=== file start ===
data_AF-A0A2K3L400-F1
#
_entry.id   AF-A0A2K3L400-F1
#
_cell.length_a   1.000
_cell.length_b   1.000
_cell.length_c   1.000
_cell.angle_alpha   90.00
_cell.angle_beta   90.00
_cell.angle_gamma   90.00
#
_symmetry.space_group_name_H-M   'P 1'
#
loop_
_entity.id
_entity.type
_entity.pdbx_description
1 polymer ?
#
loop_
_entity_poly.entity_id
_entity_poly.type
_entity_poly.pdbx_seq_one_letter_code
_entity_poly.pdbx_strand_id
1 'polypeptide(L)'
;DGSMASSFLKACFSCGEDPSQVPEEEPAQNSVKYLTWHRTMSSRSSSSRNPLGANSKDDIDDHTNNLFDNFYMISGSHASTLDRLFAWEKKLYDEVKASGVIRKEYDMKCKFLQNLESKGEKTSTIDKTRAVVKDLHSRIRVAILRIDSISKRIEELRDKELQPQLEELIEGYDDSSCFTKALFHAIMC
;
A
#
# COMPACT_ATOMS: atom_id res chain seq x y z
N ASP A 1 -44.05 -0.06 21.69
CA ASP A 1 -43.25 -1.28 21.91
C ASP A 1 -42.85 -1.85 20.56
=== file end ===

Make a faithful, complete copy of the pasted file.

data_AF-A0A2K3L400-F1
#
_entry.id   AF-A0A2K3L400-F1
#
_cell.length_a   1.000
_cell.length_b   1.000
_cell.length_c   1.000
_cell.angle_alpha   90.00
_cell.angle_beta   90.00
_cell.angle_gamma   90.00
#
_symmetry.space_group_name_H-M   'P 1'
#
loop_
_entity.id
_entity.type
_entity.pdbx_description
1 polymer ?
#
loop_
_entity_poly.entity_id
_entity_poly.type
_entity_poly.pdbx_seq_one_letter_code
_entity_poly.pdbx_strand_id
1 'polypeptide(L)'
;DGSMASSFLKACFSCGEDPSQVPEEEPAQNSVKYLTWHRTMSSRSSSSRNPLGANSKDDIDDHTNNLFDNFYMISGSHASTLDRLFAWEKKLYDEVKASGVIRKEYDMKCKFLQNLESKGEKTSTIDKTRAVVKDLHSRIRVAILRIDSISKRIEELRDKELQPQLEELIEGYDDSSCFTKALFHAIMC
;
A
#
# COMPACT_ATOMS: atom_id res chain seq x y z
N ASP A 1 -44.05 -0.06 21.69
CA ASP A 1 -43.25 -1.28 21.91
C ASP A 1 -42.85 -1.85 20.56